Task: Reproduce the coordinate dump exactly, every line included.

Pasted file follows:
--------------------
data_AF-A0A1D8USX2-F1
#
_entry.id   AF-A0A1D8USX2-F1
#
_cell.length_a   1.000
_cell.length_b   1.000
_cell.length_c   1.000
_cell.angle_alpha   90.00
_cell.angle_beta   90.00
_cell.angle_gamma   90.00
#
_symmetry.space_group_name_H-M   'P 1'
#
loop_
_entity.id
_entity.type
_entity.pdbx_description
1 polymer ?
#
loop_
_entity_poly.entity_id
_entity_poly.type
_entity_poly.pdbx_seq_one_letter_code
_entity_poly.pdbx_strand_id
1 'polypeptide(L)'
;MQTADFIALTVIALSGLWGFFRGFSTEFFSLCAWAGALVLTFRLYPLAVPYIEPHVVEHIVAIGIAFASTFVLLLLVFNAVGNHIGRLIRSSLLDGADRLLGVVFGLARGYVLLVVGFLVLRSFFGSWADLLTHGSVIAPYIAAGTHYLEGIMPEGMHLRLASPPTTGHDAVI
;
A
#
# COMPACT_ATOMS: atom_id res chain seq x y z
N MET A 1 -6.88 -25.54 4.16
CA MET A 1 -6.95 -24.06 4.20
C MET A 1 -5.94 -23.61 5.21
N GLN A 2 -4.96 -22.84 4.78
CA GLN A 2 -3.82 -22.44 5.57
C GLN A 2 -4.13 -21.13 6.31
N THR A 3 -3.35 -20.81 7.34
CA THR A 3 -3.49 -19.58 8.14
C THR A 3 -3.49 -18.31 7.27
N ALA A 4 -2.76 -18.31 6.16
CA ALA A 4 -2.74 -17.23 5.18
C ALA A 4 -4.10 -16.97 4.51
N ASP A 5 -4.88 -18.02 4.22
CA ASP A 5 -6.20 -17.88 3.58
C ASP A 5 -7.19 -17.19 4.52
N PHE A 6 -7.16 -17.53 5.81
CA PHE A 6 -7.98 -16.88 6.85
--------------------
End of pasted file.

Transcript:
data_AF-A0A1D8USX2-F1
#
_entry.id   AF-A0A1D8USX2-F1
#
_cell.length_a   1.000
_cell.length_b   1.000
_cell.length_c   1.000
_cell.angle_alpha   90.00
_cell.angle_beta   90.00
_cell.angle_gamma   90.00
#
_symmetry.space_group_name_H-M   'P 1'
#
loop_
_entity.id
_entity.type
_entity.pdbx_description
1 polymer ?
#
loop_
_entity_poly.entity_id
_entity_poly.type
_entity_poly.pdbx_seq_one_letter_code
_entity_poly.pdbx_strand_id
1 'polypeptide(L)'
;MQTADFIALTVIALSGLWGFFRGFSTEFFSLCAWAGALVLTFRLYPLAVPYIEPHVVEHIVAIGIAFASTFVLLLLVFNAVGNHIGRLIRSSLLDGADRLLGVVFGLARGYVLLVVGFLVLRSFFGSWADLLTHGSVIAPYIAAGTHYLEGIMPEGMHLRLASPPTTGHDAVI
;
A
#
# COMPACT_ATOMS: atom_id res chain seq x y z
N MET A 1 -6.88 -25.54 4.16
CA MET A 1 -6.95 -24.06 4.20
C MET A 1 -5.94 -23.61 5.21
N GLN A 2 -4.96 -22.84 4.78
CA GLN A 2 -3.82 -22.44 5.57
C GLN A 2 -4.13 -21.13 6.31
N THR A 3 -3.35 -20.81 7.34
CA THR A 3 -3.49 -19.58 8.14
C THR A 3 -3.49 -18.31 7.27
N ALA A 4 -2.76 -18.31 6.16
CA ALA A 4 -2.74 -17.23 5.18
C ALA A 4 -4.10 -16.97 4.51
N ASP A 5 -4.88 -18.02 4.22
CA ASP A 5 -6.20 -17.88 3.58
C ASP A 5 -7.19 -17.19 4.52
N PHE A 6 -7.16 -17.53 5.81
CA PHE A 6 -7.98 -16.88 6.85